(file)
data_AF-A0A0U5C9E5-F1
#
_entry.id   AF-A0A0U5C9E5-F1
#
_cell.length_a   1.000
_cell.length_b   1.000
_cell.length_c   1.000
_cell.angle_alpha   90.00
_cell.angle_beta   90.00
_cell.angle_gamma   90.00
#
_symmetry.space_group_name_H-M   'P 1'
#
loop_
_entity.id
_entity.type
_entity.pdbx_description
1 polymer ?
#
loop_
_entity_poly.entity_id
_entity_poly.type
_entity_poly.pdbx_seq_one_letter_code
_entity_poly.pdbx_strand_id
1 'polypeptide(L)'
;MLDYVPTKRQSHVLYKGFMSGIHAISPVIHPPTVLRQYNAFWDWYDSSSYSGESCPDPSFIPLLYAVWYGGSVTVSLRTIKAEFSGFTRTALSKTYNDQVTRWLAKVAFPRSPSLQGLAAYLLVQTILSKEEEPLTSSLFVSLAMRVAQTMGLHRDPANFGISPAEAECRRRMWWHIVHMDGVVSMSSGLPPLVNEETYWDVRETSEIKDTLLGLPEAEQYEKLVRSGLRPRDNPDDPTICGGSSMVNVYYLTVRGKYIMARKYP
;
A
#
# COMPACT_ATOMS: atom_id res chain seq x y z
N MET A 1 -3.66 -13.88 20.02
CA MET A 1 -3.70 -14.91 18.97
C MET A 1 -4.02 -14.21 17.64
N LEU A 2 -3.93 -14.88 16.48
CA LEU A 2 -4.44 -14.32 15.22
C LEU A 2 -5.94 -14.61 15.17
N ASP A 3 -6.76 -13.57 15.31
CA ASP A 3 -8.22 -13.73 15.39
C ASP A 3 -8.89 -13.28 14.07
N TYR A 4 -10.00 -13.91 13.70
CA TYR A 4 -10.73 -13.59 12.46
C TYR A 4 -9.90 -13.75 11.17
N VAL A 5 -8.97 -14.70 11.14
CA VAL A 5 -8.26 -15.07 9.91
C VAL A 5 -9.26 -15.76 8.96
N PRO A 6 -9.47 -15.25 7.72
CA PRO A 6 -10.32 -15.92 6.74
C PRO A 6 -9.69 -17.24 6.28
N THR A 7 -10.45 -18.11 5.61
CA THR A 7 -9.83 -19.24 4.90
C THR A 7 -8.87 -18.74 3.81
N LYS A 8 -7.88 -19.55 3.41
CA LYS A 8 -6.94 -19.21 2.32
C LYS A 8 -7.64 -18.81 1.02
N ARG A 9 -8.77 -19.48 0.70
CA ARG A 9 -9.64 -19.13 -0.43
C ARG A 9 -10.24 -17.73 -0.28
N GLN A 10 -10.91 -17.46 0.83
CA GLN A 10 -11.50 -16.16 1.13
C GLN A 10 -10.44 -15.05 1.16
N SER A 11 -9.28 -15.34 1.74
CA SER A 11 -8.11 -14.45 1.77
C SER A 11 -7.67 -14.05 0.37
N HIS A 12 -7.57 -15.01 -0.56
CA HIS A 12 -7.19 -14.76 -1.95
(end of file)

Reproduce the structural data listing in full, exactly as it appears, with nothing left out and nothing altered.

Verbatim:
data_AF-A0A0U5C9E5-F1
#
_entry.id   AF-A0A0U5C9E5-F1
#
_cell.length_a   1.000
_cell.length_b   1.000
_cell.length_c   1.000
_cell.angle_alpha   90.00
_cell.angle_beta   90.00
_cell.angle_gamma   90.00
#
_symmetry.space_group_name_H-M   'P 1'
#
loop_
_entity.id
_entity.type
_entity.pdbx_description
1 polymer ?
#
loop_
_entity_poly.entity_id
_entity_poly.type
_entity_poly.pdbx_seq_one_letter_code
_entity_poly.pdbx_strand_id
1 'polypeptide(L)'
;MLDYVPTKRQSHVLYKGFMSGIHAISPVIHPPTVLRQYNAFWDWYDSSSYSGESCPDPSFIPLLYAVWYGGSVTVSLRTIKAEFSGFTRTALSKTYNDQVTRWLAKVAFPRSPSLQGLAAYLLVQTILSKEEEPLTSSLFVSLAMRVAQTMGLHRDPANFGISPAEAECRRRMWWHIVHMDGVVSMSSGLPPLVNEETYWDVRETSEIKDTLLGLPEAEQYEKLVRSGLRPRDNPDDPTICGGSSMVNVYYLTVRGKYIMARKYP
;
A
#
# COMPACT_ATOMS: atom_id res chain seq x y z
N MET A 1 -3.66 -13.88 20.02
CA MET A 1 -3.70 -14.91 18.97
C MET A 1 -4.02 -14.21 17.64
N LEU A 2 -3.93 -14.88 16.48
CA LEU A 2 -4.44 -14.32 15.22
C LEU A 2 -5.94 -14.61 15.17
N ASP A 3 -6.76 -13.57 15.31
CA ASP A 3 -8.22 -13.73 15.39
C ASP A 3 -8.89 -13.28 14.07
N TYR A 4 -10.00 -13.91 13.70
CA TYR A 4 -10.73 -13.59 12.46
C TYR A 4 -9.90 -13.75 11.17
N VAL A 5 -8.97 -14.70 11.14
CA VAL A 5 -8.26 -15.07 9.91
C VAL A 5 -9.26 -15.76 8.96
N PRO A 6 -9.47 -15.25 7.72
CA PRO A 6 -10.32 -15.92 6.74
C PRO A 6 -9.69 -17.24 6.28
N THR A 7 -10.45 -18.11 5.61
CA THR A 7 -9.83 -19.24 4.90
C THR A 7 -8.87 -18.74 3.81
N LYS A 8 -7.88 -19.55 3.41
CA LYS A 8 -6.94 -19.21 2.32
C LYS A 8 -7.64 -18.81 1.02
N ARG A 9 -8.77 -19.48 0.70
CA ARG A 9 -9.64 -19.13 -0.43
C ARG A 9 -10.24 -17.73 -0.28
N GLN A 10 -10.91 -17.46 0.83
CA GLN A 10 -11.50 -16.16 1.13
C GLN A 10 -10.44 -15.05 1.16
N SER A 11 -9.28 -15.34 1.74
CA SER A 11 -8.11 -14.45 1.77
C SER A 11 -7.67 -14.05 0.37
N HIS A 12 -7.57 -15.01 -0.56
CA HIS A 12 -7.19 -14.76 -1.95